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Tuesday, Sep 02, 2014

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President and CEO of the E.W. Scripps Company Richard A. Boehne offers the keynote address.

Photographer: Matt Adams

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Opening speaker Nita Rollins, futurist, Resource Interactive

Photographer: Matt Adams

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The participants were both from academic and professional circles.

Photographer: Matt Adams

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Scripps CEO speaks on new media age


On Wednesday, President and CEO of the E.W. Scripps Company Richard A. Boehne offered the keynote address of the "Creating the Future: Managing the Media in a Digital Age" conference.

The conference drew regional and national leaders in media together to share and debate the challenges and opportunities for firms operating in fast-moving media markets.

Boehne opened by discussing his own background, newspapers and media, and the history of the E.W. Scripps Company.

He said Scripps is "still a place where the creatives are the most honored in the organization."

The need to maintain quality content throughout the evolution and metamorphosis of media was a recurring theme in Boehne's lecture. He showed a chart illustrating the company's many ventures and how long they had lasted. The ones that remained consistent were those that produced news-making content.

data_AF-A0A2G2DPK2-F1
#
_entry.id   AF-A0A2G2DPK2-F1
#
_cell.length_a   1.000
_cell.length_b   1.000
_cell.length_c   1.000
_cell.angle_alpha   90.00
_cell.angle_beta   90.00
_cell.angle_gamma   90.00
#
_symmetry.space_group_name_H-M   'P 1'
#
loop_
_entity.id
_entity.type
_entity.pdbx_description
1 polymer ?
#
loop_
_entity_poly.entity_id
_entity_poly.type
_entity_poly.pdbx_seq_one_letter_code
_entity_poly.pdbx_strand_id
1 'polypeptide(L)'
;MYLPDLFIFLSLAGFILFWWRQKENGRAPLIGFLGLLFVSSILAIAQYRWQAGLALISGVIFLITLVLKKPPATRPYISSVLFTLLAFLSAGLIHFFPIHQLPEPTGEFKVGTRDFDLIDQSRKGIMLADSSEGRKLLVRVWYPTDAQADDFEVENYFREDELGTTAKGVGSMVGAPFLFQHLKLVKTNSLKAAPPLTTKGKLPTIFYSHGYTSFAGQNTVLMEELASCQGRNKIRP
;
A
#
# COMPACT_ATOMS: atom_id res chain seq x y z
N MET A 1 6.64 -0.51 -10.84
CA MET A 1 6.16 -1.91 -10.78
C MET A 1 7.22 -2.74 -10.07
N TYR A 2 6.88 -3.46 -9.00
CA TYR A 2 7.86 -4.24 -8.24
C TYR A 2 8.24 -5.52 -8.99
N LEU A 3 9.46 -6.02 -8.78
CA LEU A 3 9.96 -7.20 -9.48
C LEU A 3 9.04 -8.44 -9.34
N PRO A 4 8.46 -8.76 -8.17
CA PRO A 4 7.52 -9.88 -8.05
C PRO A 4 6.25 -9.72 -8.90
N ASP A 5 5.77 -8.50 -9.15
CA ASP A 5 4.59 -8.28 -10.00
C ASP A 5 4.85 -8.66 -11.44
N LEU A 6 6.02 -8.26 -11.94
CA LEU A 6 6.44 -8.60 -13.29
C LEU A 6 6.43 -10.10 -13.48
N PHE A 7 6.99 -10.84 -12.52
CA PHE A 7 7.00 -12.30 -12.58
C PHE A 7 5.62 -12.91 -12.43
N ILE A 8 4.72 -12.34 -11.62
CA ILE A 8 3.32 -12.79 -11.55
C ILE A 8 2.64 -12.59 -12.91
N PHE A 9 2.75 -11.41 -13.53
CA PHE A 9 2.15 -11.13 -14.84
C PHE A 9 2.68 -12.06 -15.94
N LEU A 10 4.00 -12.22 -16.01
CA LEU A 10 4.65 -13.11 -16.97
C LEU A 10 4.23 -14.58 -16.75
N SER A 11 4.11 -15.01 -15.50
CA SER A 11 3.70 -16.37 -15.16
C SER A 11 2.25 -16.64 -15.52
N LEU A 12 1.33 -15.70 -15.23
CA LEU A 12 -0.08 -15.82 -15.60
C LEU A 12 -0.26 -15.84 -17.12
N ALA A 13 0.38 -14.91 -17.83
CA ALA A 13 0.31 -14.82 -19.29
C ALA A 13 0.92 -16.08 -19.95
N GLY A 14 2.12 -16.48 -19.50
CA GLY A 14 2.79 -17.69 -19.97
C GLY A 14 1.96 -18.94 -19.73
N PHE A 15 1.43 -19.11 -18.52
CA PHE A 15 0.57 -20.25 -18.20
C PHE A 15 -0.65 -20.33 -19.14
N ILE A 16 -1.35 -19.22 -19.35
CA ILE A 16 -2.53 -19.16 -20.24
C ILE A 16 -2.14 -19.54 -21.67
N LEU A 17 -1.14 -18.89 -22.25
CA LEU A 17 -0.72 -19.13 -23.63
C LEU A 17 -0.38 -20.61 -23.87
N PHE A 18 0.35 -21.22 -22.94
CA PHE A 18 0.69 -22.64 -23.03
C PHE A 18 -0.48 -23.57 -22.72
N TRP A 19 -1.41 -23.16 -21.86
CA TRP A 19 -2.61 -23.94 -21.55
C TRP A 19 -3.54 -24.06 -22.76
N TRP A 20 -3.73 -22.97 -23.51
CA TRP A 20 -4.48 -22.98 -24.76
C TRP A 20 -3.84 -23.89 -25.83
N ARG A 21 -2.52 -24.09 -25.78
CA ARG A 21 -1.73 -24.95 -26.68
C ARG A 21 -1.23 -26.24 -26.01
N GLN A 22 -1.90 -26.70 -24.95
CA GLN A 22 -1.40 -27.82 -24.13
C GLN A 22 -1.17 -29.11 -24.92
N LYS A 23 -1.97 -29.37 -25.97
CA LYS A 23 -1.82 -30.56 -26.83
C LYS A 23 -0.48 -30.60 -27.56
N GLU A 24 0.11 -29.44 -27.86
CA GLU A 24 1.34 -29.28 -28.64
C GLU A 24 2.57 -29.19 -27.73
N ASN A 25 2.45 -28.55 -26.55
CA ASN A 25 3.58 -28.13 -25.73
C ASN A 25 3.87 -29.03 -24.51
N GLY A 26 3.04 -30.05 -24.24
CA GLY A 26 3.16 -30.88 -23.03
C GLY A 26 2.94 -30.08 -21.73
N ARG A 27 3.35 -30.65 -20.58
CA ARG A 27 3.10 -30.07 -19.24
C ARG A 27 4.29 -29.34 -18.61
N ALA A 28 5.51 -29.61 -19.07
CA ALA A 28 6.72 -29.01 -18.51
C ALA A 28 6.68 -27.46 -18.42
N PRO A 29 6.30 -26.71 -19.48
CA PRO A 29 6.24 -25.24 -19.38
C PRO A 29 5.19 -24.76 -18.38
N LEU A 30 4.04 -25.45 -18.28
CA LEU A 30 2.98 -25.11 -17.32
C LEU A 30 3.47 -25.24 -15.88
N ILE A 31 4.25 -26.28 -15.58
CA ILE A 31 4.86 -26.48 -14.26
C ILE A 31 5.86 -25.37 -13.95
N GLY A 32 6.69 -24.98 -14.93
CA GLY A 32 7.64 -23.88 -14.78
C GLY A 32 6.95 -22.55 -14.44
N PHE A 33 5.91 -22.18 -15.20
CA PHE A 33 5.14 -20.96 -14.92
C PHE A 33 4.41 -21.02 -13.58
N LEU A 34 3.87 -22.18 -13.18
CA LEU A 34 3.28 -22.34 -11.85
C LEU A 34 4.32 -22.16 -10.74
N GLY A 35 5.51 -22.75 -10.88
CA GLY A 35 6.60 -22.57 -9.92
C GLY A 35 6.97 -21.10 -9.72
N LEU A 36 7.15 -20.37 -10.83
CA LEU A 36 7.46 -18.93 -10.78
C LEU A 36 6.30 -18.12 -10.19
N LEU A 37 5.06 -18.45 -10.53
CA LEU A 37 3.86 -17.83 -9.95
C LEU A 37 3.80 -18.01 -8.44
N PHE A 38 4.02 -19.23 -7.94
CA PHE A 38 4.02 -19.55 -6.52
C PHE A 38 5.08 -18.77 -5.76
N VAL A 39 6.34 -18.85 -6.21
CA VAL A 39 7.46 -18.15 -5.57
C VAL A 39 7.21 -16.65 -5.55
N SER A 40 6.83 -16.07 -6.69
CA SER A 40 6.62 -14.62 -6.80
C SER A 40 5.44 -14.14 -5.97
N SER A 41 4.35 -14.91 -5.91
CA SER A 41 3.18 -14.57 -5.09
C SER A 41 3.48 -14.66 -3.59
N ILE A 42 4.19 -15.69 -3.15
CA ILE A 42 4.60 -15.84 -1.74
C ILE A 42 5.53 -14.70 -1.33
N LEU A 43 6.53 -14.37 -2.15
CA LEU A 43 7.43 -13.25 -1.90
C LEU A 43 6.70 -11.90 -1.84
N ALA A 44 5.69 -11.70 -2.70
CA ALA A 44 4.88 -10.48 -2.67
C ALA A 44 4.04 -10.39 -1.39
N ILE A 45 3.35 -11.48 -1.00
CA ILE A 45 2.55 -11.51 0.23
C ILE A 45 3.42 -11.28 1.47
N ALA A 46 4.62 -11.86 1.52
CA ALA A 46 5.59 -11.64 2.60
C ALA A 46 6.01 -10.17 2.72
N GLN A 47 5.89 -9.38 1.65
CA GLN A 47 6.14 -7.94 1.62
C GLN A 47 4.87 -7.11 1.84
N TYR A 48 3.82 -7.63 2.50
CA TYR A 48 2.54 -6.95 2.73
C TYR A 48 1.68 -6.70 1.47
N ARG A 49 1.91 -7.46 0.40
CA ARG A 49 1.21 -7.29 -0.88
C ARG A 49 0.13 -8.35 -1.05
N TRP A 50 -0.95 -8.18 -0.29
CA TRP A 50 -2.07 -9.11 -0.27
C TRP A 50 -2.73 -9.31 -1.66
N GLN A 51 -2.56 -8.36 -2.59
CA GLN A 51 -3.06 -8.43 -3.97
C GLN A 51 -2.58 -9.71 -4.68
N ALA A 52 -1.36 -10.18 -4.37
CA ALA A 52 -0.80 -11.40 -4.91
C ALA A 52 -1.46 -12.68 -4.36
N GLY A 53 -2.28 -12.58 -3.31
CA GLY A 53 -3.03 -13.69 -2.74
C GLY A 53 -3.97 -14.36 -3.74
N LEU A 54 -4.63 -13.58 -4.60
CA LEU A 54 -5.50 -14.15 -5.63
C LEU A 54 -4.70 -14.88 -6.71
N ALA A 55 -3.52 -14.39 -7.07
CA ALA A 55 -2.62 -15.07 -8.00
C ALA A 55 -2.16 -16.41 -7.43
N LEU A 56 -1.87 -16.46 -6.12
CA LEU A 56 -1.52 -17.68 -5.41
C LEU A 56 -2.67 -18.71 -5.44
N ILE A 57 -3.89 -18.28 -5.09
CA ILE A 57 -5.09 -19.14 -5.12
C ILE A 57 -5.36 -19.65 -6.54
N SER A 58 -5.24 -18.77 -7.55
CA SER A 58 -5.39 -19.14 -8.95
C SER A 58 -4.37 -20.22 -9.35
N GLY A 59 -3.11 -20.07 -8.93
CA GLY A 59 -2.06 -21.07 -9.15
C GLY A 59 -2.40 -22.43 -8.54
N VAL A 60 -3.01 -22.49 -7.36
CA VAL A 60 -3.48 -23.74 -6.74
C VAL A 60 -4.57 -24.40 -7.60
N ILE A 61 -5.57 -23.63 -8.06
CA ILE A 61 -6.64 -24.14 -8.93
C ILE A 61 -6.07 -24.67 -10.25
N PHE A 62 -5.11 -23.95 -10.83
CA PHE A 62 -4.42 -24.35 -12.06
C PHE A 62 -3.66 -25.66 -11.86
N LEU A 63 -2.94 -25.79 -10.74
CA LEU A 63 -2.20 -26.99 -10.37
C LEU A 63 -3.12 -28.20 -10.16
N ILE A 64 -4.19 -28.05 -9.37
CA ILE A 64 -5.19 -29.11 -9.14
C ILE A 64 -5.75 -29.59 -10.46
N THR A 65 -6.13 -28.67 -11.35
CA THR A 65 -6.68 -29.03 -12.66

In the constantly evolving technological marketplace of ideas, constituent upgrading is necessary to stay afloat.

"We do try to train people to transition to new businesses," said Boehne. "A lot of people do it."

In addition to speaking toward his successes, he also spoke to the importance of failure.
Boehne shared a story where a man had asked him how he got his current position as president and CEO.

"I told him I got it by being about 51 percent right."

He said that failures were part of the evolution of the company. And, because the E.W. Scripps Company does not carry any debt, it allows them to be more entrepreneurial. That spirit allowed them to jump into cable television when the concept of paying for programming was still unfamiliar.

Today, according to Boehne, cable has a 90 percent penetration rate. Scripps currently owns HGTV, a popular cable station that features home and garden programming.

The same entrepreneurial spirit will drive them in online expansion, he said.

"I think the winner here is free speech," said Boehne. "I think this is the day that people like old man Scripps prayed for."